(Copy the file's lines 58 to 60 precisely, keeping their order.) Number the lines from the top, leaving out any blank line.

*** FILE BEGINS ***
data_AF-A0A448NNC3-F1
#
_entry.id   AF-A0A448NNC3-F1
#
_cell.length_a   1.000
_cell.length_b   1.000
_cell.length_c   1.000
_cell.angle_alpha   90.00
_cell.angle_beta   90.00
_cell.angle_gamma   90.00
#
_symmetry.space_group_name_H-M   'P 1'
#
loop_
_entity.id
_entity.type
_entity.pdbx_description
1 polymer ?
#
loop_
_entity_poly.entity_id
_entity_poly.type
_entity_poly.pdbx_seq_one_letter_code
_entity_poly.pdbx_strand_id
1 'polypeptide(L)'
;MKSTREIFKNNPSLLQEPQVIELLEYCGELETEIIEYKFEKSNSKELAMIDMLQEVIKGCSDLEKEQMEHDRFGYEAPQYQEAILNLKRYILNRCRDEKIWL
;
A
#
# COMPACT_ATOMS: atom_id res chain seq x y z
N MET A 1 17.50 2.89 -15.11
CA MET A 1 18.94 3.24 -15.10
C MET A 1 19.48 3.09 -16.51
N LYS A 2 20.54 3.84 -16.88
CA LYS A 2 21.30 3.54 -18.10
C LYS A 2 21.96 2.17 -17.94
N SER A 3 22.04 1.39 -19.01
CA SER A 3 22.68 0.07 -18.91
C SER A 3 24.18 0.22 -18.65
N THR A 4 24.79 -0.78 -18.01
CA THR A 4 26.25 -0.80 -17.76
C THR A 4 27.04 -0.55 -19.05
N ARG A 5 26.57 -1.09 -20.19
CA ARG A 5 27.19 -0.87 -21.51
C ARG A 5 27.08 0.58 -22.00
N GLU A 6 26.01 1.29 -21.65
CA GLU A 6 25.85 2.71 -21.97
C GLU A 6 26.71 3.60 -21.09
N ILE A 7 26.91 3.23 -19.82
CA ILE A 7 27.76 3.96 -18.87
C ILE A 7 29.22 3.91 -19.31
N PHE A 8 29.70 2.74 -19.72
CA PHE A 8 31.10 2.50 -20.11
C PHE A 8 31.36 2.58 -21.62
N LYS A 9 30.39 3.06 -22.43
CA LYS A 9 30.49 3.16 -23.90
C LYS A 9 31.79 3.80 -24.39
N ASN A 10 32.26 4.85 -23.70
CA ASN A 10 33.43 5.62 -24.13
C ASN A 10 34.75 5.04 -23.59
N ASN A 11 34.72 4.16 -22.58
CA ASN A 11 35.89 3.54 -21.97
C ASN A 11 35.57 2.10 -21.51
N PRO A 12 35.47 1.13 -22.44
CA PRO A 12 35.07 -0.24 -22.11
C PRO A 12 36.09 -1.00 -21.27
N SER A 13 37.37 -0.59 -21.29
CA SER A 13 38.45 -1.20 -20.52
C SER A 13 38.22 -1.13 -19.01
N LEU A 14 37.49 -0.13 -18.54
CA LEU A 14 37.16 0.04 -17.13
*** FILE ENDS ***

N ASN A 10 32.26 4.85 -23.70
CA ASN A 10 33.43 5.62 -24.13
C ASN A 10 34.75 5.04 -23.59